Belgian police will – in fact – not be allowed to use drones to look for violations of the coronavirus measures, the college of public prosecutors announced during a press conference on Tuesday.
Last week, the Police Privacy Commission (COC) opened an investigation into the use of drones by the Carma police zone in Limburg.
The police zone announced that it would use drones equipped with heat cameras during the end-of-year holidays to enforce the coronavirus measures, such as the ban on gatherings and the ban on fireworks.
Such use of drones, however, has been deemed “disproportionate” in this case, and any evidence obtained via drone images will therefore not be valid. They will, however, be allowed to evaluate the situation on streets and public areas.
Additionally, police will not be allowed to enter people’s homes to check if the measures are being followed, contrary to what Interior Minister Annelies Verlinden said last week.
Local police forces always need the permission of a public prosecutor before entering. “This magistrate will assess whether there are indeed sufficiently serious indications of a breach of the coronavirus measures,” the prosecutors said.
Phew. On with the news.
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Belgium’s Consultative Committee will meet earlier than initially planned to evaluate the coronavirus figures and assess the epidemiological situation before Christmas.
While the meeting was initially brought forward to Friday because several members of the French-speaking liberal MR party wanted to discuss possible relaxations for the Christmas period, immediate relaxations are not an option with the current figures, according to Prime Minister Alexander De Croo.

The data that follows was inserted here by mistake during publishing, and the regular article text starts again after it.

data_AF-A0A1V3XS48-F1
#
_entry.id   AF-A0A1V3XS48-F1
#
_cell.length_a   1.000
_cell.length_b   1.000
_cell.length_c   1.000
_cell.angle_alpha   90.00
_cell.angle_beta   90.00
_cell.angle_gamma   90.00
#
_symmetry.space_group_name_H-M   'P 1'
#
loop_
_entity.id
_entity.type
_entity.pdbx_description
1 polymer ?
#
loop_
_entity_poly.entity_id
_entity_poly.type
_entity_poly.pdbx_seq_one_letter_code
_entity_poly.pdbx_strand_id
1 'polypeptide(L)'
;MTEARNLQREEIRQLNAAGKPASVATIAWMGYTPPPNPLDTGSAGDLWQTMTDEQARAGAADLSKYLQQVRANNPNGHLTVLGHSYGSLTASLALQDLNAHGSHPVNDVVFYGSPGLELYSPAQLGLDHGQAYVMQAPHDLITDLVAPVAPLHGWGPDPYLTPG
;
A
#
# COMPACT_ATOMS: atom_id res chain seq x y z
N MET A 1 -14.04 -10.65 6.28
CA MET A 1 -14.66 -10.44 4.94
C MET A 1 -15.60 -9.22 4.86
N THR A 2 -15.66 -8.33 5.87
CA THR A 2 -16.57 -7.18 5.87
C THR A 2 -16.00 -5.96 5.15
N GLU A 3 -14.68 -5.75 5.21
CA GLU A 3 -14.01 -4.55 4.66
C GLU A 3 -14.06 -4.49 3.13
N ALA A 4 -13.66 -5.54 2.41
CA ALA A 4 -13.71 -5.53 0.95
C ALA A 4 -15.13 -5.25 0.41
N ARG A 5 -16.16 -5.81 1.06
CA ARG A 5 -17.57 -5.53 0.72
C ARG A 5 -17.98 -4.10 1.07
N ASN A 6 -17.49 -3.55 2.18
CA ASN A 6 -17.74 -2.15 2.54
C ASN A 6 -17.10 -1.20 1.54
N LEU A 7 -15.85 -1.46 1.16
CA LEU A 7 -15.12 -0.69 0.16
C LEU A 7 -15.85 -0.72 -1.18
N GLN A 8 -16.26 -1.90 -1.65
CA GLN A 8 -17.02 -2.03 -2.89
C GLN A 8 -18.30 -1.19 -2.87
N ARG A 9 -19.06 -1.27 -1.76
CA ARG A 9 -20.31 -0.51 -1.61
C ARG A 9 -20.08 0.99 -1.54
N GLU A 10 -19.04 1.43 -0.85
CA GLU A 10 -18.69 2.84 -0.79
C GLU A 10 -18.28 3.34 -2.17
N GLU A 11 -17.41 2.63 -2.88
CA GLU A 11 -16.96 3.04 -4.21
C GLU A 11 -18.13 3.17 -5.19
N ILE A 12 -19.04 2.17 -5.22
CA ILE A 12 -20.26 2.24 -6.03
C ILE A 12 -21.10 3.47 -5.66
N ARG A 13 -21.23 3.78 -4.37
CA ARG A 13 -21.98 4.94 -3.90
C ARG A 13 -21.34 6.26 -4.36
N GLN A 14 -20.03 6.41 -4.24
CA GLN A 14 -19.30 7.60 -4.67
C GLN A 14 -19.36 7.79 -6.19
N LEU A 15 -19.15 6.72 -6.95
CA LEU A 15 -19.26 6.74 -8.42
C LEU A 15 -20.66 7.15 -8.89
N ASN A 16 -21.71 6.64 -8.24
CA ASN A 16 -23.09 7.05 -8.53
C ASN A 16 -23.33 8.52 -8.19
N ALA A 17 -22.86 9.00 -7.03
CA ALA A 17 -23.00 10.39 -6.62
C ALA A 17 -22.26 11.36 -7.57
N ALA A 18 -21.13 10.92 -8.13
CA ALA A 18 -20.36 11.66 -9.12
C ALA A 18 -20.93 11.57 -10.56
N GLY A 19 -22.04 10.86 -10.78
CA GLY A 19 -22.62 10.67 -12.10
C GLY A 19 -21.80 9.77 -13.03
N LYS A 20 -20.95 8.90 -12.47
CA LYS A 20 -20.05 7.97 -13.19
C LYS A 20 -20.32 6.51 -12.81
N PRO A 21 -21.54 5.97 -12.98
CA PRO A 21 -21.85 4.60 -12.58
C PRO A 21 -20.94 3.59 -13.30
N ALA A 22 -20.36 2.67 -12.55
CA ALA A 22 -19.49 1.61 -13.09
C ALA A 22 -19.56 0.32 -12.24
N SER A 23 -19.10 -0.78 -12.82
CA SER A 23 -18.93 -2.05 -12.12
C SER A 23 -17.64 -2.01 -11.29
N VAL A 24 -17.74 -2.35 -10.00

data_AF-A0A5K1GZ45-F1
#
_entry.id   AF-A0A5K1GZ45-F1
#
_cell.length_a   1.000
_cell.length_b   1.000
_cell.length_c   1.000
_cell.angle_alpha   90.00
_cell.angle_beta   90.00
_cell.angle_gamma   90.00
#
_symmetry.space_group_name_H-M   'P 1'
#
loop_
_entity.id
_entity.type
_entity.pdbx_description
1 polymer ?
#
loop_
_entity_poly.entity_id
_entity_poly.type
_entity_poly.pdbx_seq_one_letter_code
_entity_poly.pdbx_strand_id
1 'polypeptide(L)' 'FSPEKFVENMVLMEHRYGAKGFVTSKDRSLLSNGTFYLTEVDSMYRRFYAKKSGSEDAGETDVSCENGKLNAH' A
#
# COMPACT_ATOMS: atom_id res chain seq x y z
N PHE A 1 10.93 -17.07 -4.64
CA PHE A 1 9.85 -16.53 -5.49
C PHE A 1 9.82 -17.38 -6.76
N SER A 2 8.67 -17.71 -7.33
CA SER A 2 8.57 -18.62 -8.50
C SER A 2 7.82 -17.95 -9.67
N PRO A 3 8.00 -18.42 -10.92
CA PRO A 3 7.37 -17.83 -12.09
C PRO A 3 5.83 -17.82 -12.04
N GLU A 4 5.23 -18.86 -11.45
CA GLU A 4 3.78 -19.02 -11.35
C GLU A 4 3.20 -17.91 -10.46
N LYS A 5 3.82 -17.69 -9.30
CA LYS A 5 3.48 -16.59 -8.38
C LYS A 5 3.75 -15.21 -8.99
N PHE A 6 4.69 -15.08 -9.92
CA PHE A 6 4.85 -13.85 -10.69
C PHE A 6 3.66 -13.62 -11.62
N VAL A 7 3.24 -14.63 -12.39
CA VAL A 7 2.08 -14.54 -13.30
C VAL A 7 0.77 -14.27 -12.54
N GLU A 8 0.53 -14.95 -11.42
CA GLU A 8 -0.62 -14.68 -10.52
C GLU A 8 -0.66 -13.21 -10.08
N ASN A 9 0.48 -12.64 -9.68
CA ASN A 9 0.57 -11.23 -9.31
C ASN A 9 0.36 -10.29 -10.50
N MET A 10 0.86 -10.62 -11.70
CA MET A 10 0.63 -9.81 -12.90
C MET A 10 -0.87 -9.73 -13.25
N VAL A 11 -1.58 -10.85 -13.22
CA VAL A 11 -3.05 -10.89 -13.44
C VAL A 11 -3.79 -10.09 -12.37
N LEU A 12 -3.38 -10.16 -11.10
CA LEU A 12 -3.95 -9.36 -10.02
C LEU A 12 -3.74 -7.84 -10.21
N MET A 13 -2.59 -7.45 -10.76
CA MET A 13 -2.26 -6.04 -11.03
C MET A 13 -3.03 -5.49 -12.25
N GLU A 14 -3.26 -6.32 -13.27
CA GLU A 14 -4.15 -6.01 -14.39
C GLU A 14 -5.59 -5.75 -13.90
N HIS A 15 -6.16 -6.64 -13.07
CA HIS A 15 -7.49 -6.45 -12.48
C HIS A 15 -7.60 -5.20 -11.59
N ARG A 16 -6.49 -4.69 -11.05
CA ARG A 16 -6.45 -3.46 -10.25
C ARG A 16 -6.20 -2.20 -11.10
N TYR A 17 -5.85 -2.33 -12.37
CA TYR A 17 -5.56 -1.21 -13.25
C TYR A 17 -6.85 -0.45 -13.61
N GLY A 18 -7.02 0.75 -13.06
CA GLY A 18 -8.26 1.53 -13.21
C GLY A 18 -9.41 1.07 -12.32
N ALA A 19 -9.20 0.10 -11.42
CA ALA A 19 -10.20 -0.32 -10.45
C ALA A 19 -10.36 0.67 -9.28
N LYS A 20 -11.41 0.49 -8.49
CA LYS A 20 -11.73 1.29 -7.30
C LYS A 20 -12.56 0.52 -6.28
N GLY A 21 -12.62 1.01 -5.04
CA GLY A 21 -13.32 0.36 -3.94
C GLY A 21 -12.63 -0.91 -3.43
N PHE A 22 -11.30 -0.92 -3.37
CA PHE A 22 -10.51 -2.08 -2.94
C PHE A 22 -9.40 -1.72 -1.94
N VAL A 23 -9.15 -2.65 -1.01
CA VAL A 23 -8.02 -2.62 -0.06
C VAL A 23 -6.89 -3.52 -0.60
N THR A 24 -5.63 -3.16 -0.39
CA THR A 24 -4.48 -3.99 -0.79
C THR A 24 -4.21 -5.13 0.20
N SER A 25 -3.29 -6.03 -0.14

The next few days will be crucial to reverse the rising trend of Covid-19 infections in Belgium, health officials stressed during a press conference on Wednesday.
The number of daily infections has been rising for several days in a row now, but consistently applying the existing measures can be enough to get them down again, according to virologist and interfederal Covid-19 spokesperson Steven Van Gucht. Read More.
Police in the Ardennes will carry out checks on holiday homes in the region during the holiday period, to make sure rules on gatherings are being observed.
The authorities have a register of some 2,000 holiday homes available for rent, over and above those owned by people living elsewhere. Already, some 85-90% of the available short-term lets are booked, and the rest are expected to be snapped up in the days to come. Read More.
Around 650 metres of Brussels’ buried Senne river will be brought above ground again in a few years’ time, Brussels Environment announced on Tuesday.
The river, which became extremely polluted, was covered up in the 19th century. The uncovering of the Senne is the core part of a project to redesign nearly 10 hectares of public space between the inner ring road and the Béco basin, where the Maximilian park is located. Read More.
Belgium will start vaccinating its population against the coronavirus on the same day as the other Member States of the European Union.
Speaking on Wednesday, European Commission president Ursula von der Leyen said that all EU members will be able to start vaccinating “on the same day,” after Pfizer-BioNTech’s vaccine gets the official green light. Read more.
Belgium will triple the fines for people attending a lockdown party, the college of public prosecutors announced during a press conference on Tuesday.
The fine for people attending a lockdown party will be raised from €250 now to €750. Organisers will risk a fine of €4,000 in future, instead of €750. Read More.
Brussels will not adapt its 10:00 PM curfew on Christmas Eve, the Region’s mayors and Minister-President decided on Wednesday.
That makes the Brussels Region’s curfew on Christmas Eve two hours earlier than in the rest of the country. Read More.
The Brussels Times